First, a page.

How to Forgive Yourself for Bad Money Behavior

No one is perfect with money. I REPEAT: No one is perfect with money! I’m a money coach, and I struggle with money sometimes. Not to mention, my past relationship with money was a terrible one. I was constantly spending. I was deep in debt. I had no direction. But guess what? I changed. My money situation is better now than it has ever been. My bad money behavior is in the past. Sure, it creeps up every now and then – it always will. But I know how to forgive myself and move on.

If you have the time, I want you to listen to Episode 1 of the City Girl Savings Podcast: Big City Spender to City Girl Saver. You’ll learn about my story from over spender to money coach. Hopefully it inspires you to forgive yourself for bad money behavior and gives you hope for what’s possible with your money. Now, let’s get into how to forgive yourself for bad money behavior.

How to Forgive Yourself for Bad Money Behavior

#1 Get to the root of the behavior

Let’s start by identifying what has caused your bad money behavior up to this point. When you can get to the true root of the problem, you can find true solutions. When I do this type of work with my clients, I have them go all the way back to early childhood days. What do they remember about money? Were they constantly told they couldn’t have things? Were their parents stressed about money?

Usually, our bad money behavior stems from childhood. We were deprived as kids, so when we start making our own money, we can’t tell ourselves no. Or, maybe you always got what you wanted, and nothing has changed as you started making your own money.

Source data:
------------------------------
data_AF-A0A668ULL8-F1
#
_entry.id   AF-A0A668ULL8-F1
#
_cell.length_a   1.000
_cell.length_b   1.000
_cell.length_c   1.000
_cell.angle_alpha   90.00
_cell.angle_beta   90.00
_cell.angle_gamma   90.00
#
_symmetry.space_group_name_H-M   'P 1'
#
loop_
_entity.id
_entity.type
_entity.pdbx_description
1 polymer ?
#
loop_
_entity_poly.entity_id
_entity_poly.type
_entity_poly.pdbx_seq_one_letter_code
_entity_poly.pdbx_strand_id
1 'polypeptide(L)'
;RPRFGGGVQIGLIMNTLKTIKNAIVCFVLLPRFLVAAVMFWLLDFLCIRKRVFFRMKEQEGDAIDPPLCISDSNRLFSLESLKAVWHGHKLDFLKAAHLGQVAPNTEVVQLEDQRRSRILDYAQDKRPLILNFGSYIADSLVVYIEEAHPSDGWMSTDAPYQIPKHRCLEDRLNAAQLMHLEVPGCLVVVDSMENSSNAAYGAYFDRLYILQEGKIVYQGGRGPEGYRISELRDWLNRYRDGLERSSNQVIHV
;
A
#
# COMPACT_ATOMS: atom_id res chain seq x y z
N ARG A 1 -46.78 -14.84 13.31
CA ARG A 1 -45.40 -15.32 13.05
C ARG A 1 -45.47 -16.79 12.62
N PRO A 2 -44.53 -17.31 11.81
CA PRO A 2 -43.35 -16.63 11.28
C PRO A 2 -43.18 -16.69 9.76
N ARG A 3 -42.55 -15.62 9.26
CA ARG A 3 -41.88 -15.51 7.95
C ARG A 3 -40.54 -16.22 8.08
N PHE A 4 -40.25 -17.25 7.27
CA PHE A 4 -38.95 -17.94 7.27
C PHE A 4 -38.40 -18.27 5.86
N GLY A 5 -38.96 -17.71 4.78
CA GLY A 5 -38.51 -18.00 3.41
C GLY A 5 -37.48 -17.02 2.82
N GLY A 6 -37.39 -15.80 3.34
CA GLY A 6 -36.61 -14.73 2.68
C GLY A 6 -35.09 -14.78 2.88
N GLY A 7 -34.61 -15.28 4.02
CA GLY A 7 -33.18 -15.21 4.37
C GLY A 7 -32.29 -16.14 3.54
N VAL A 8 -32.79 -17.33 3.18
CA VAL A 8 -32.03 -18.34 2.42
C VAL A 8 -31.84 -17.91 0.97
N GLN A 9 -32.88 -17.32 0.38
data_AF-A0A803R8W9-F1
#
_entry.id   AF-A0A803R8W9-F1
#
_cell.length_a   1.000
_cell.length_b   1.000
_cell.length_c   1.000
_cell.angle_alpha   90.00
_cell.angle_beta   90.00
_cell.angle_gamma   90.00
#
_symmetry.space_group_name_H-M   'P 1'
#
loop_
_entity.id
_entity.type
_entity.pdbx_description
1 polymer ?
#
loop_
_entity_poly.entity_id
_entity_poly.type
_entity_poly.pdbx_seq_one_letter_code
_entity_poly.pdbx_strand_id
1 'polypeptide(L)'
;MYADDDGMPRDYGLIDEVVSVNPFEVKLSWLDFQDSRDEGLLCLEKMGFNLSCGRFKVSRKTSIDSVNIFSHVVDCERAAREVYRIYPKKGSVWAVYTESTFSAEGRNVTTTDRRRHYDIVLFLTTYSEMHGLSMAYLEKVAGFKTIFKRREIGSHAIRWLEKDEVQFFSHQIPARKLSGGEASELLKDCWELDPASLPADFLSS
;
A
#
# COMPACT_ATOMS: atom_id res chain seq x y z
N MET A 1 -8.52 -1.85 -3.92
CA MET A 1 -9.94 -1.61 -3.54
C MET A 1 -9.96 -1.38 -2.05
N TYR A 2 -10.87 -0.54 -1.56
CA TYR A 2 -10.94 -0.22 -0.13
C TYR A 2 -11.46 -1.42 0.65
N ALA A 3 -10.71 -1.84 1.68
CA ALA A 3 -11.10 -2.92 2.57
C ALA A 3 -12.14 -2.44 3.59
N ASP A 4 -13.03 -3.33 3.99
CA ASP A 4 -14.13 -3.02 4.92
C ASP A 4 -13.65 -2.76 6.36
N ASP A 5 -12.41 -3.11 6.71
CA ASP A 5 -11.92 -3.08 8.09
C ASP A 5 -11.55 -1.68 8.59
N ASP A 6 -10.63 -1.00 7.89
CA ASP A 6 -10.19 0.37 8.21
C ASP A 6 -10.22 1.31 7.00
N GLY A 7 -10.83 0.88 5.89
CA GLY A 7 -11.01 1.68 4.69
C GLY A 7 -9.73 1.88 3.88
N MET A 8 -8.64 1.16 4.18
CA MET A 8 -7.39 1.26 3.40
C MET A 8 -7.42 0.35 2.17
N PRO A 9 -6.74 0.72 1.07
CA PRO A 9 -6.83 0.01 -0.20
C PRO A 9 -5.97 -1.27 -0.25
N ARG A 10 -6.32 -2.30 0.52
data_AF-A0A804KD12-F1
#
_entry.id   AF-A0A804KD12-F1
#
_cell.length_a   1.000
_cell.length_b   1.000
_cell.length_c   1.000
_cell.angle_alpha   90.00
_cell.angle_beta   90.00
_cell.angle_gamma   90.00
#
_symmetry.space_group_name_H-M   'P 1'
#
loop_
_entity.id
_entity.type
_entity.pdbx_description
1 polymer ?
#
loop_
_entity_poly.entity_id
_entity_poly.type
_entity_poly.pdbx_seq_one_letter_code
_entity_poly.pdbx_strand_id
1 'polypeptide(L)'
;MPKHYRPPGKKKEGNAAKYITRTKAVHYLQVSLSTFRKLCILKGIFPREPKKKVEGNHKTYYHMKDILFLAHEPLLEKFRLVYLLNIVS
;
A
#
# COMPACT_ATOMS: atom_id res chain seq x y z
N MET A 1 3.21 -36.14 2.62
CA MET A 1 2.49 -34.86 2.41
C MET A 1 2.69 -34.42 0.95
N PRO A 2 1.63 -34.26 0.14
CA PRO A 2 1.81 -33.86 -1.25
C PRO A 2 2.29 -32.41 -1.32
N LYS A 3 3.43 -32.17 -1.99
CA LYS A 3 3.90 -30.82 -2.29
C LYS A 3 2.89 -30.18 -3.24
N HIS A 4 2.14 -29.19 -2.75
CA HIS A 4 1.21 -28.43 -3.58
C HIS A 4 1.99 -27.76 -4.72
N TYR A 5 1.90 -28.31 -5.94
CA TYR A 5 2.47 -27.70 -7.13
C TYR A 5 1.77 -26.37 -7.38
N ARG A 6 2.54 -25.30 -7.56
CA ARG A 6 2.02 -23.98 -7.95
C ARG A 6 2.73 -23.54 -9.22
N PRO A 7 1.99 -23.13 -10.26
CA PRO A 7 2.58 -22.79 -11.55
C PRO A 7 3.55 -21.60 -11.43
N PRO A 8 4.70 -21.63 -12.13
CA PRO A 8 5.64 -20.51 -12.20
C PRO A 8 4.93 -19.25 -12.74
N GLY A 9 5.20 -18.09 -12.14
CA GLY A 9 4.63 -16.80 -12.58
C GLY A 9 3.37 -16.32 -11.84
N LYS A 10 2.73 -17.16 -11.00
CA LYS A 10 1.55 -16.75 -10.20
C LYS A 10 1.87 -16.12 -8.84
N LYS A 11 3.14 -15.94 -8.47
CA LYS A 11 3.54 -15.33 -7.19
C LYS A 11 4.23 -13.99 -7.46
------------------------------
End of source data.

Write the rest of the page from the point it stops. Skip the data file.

Take some time to think about your past experiences with money and see what you can uncover. I do this exercise in depth in the Money Management Mastery Program. Doors are officially open, so come join!

#2 Who else do you need to forgive

I’ve worked with clients who got themselves into bad money situations because of an ex. They took out debt that never got paid. They funded their partner with nothing received in return. As you work on forgiving yourself for bad money behavior, think about who else you need to forgive for the things you’ve been through.

What’s done is done. Holding onto hate, guilt or regret won’t do any good. Forgive whoever needs to be forgiven and vow to never be in that position again.

Maybe you need to forgive your parents, your siblings or your friends. Let go of whatever you’re still holding on to and you’ll feel 1000 times lighter.

#3 Remind yourself that you’re a work in progress

I’m saying this again: NO ONE is perfect with money. In fact, we’re all a work in progress! Sure, some people may be further along than you or me, but that doesn’t mean their work is done! As you move through your forgiveness journey, constantly remind yourself that you’re a work in progress. Things won’t always go smoothly, and things certainly won’t always be perfect, but make the choice to power through, no matter what comes your way.

Also, it’s okay to be a work in progress. If you have feelings of “I should be further along” or “I wish I didn’t have X, Y, or Z”, tell yourself that you’re working on forgiving yourself for those things and that you’re a work in progress. Believe me, the only one you actually have to convince is yourself!